Runic, a specialist cattle-carrier, was handed over by Harland & Wolff to White Star on 16th February 1899. She made her maiden crossing from Liverpool to New York only five days later. On 28th May 1890 fire broke out aboard Runic while she was at Liverpool. The cargo hold had to be flooded to extinguish the fire, as she was carrying a highly-inflammable cargo of sulphur and caustic soda. Then on 17th July 1894 she rescued the crew of the barque Emma T. Crowell, shortly before she exploded.
On 2nd October 1895 Runic sailed from Liverpool to New York, after which she was sold to the West India & Pacific Steamship Co., and was renamed Tampican. In December 1899 that company’s entire fleet was transferred to Frederick Leyland & Co., without changing names. In February 1912 Tampican was sold on again, this time to Moss of Liverpool, who quickly sold her on to South Pacific Whaling, which converted her to carry whale oil and whale meat, and renamed her Imo.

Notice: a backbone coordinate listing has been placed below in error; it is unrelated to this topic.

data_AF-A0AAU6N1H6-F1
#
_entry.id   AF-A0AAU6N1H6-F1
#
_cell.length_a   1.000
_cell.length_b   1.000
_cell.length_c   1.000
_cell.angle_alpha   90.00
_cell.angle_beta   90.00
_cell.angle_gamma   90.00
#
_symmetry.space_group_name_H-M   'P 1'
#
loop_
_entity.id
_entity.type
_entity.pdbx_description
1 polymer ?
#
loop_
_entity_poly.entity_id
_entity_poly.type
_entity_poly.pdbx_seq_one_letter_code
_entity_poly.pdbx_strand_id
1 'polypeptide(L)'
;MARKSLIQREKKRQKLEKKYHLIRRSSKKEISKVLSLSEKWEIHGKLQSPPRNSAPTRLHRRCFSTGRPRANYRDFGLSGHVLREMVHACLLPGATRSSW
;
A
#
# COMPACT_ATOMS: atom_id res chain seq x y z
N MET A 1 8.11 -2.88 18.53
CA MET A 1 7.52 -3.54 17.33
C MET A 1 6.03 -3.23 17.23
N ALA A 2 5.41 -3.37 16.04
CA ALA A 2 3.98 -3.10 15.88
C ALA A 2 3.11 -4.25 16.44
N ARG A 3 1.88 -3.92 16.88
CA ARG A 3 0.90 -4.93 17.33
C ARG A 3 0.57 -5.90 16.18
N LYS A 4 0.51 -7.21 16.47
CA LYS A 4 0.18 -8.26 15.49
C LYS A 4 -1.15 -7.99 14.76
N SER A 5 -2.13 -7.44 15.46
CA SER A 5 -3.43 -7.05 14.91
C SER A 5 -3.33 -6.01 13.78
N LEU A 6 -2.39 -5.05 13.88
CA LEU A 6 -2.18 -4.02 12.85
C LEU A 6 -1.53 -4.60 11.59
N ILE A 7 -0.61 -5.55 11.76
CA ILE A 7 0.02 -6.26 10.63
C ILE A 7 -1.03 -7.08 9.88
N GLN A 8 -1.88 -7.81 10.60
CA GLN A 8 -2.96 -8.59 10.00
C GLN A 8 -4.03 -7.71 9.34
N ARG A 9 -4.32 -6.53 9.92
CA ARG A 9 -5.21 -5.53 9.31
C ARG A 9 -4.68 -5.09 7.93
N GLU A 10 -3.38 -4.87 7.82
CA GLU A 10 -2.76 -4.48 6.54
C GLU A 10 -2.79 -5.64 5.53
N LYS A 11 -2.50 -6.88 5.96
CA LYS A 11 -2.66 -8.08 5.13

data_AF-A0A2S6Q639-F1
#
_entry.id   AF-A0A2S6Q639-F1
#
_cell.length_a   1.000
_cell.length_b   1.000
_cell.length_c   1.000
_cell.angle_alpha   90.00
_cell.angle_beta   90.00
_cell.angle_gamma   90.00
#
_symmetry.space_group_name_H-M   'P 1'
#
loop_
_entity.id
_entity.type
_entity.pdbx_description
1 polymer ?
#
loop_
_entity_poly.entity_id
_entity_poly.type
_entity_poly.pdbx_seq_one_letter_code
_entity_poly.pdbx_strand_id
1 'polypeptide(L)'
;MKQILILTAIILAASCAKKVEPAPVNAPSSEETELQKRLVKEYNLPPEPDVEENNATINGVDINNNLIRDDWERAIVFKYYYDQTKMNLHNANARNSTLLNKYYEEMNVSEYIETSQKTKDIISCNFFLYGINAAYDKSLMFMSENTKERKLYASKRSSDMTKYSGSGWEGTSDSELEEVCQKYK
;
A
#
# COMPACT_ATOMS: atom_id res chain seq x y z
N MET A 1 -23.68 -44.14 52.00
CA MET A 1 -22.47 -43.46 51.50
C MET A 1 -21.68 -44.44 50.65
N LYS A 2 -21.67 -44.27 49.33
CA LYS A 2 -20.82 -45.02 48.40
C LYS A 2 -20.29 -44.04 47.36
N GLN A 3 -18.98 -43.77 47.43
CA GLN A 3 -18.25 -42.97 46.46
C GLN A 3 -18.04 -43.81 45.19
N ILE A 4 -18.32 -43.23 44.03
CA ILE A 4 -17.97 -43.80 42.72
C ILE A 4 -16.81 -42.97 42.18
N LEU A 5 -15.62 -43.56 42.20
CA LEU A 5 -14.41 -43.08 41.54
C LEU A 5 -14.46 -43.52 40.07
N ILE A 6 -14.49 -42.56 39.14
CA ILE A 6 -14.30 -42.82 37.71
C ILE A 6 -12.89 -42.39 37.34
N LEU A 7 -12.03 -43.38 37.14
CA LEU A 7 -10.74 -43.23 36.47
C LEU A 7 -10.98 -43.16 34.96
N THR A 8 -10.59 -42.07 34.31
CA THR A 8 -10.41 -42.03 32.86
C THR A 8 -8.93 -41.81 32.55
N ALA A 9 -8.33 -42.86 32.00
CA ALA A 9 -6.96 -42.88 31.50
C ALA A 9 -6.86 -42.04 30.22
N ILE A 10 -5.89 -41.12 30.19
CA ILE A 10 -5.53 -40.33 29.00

On 6th December 1917 Imo, while chartered to the Belgian Relief Commission, collided with Mont Blanc, which was carrying explosives, in Halifax harbour. The subsequent devastation was the largest man-made explosion at that time, with over 1,600 killed and a large area of the town destroyed. Mont Blanc was obliterated and the entire superstructure of Imo ripped off. Imo was later repaired, and then renamed Guvernoren, still as a whale oil tanker. Finally, on 30th November 1921 she ran aground off the Falkland Islands and was abandoned as a total loss.